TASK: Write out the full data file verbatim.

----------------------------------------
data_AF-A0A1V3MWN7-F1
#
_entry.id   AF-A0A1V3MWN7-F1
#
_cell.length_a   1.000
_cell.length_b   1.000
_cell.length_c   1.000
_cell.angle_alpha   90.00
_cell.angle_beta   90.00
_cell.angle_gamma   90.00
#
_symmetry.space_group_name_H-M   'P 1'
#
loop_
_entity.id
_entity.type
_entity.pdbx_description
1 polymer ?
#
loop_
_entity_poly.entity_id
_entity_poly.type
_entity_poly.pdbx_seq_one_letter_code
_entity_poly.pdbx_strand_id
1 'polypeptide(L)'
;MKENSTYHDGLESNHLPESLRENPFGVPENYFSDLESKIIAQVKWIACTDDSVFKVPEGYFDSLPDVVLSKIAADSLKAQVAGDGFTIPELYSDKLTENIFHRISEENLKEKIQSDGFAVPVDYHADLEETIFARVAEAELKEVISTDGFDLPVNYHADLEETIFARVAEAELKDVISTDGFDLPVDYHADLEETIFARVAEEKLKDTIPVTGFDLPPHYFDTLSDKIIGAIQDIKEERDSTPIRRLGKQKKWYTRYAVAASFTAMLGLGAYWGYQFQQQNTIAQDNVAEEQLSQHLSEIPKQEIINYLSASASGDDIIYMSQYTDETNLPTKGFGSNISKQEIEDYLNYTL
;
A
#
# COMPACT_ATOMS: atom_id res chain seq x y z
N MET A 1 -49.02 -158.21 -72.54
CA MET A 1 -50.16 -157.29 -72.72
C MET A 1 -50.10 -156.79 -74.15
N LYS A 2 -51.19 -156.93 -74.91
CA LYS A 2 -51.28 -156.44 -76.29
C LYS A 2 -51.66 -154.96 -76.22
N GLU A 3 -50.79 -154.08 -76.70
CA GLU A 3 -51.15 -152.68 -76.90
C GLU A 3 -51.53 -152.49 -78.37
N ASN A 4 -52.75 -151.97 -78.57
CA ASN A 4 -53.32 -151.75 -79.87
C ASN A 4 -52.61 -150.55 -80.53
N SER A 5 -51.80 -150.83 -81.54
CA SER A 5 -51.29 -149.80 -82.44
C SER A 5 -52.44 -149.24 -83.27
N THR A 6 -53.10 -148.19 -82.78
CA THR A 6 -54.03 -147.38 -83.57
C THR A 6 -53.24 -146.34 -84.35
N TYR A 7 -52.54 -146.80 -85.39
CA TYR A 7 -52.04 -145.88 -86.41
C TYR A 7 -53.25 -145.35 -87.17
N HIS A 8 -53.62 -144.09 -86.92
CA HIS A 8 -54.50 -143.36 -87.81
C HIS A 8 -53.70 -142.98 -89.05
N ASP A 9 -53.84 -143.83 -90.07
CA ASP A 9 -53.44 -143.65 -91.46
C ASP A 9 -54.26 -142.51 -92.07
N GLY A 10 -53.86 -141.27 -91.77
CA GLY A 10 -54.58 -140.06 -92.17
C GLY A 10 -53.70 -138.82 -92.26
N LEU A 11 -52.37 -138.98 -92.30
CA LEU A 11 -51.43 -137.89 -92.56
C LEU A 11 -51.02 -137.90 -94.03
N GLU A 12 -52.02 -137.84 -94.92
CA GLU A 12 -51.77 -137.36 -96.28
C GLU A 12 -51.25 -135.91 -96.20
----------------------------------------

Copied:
data_AF-A0A1V3MWN7-F1
#
_entry.id   AF-A0A1V3MWN7-F1
#
_cell.length_a   1.000
_cell.length_b   1.000
_cell.length_c   1.000
_cell.angle_alpha   90.00
_cell.angle_beta   90.00
_cell.angle_gamma   90.00
#
_symmetry.space_group_name_H-M   'P 1'
#
loop_
_entity.id
_entity.type
_entity.pdbx_description
1 polymer ?
#
loop_
_entity_poly.entity_id
_entity_poly.type
_entity_poly.pdbx_seq_one_letter_code
_entity_poly.pdbx_strand_id
1 'polypeptide(L)'
;MKENSTYHDGLESNHLPESLRENPFGVPENYFSDLESKIIAQVKWIACTDDSVFKVPEGYFDSLPDVVLSKIAADSLKAQVAGDGFTIPELYSDKLTENIFHRISEENLKEKIQSDGFAVPVDYHADLEETIFARVAEAELKEVISTDGFDLPVNYHADLEETIFARVAEAELKDVISTDGFDLPVDYHADLEETIFARVAEEKLKDTIPVTGFDLPPHYFDTLSDKIIGAIQDIKEERDSTPIRRLGKQKKWYTRYAVAASFTAMLGLGAYWGYQFQQQNTIAQDNVAEEQLSQHLSEIPKQEIINYLSASASGDDIIYMSQYTDETNLPTKGFGSNISKQEIEDYLNYTL
;
A
#
# COMPACT_ATOMS: atom_id res chain seq x y z
N MET A 1 -49.02 -158.21 -72.54
CA MET A 1 -50.16 -157.29 -72.72
C MET A 1 -50.10 -156.79 -74.15
N LYS A 2 -51.19 -156.93 -74.91
CA LYS A 2 -51.28 -156.44 -76.29
C LYS A 2 -51.66 -154.96 -76.22
N GLU A 3 -50.79 -154.08 -76.70
CA GLU A 3 -51.15 -152.68 -76.90
C GLU A 3 -51.53 -152.49 -78.37
N ASN A 4 -52.75 -151.97 -78.57
CA ASN A 4 -53.32 -151.75 -79.87
C ASN A 4 -52.61 -150.55 -80.53
N SER A 5 -51.80 -150.83 -81.54
CA SER A 5 -51.29 -149.80 -82.44
C SER A 5 -52.44 -149.24 -83.27
N THR A 6 -53.10 -148.19 -82.78
CA THR A 6 -54.03 -147.38 -83.57
C THR A 6 -53.24 -146.34 -84.35
N TYR A 7 -52.54 -146.80 -85.39
CA TYR A 7 -52.04 -145.88 -86.41
C TYR A 7 -53.25 -145.35 -87.17
N HIS A 8 -53.62 -144.09 -86.92
CA HIS A 8 -54.50 -143.36 -87.81
C HIS A 8 -53.70 -142.98 -89.05
N ASP A 9 -53.84 -143.83 -90.07
CA ASP A 9 -53.44 -143.65 -91.46
C ASP A 9 -54.26 -142.51 -92.07
N GLY A 10 -53.86 -141.27 -91.77
CA GLY A 10 -54.58 -140.06 -92.17
C GLY A 10 -53.70 -138.82 -92.26
N LEU A 11 -52.37 -138.98 -92.30
CA LEU A 11 -51.43 -137.89 -92.56
C LEU A 11 -51.02 -137.90 -94.03
N GLU A 12 -52.02 -137.84 -94.92
CA GLU A 12 -51.77 -137.36 -96.28
C GLU A 12 -51.25 -135.91 -96.20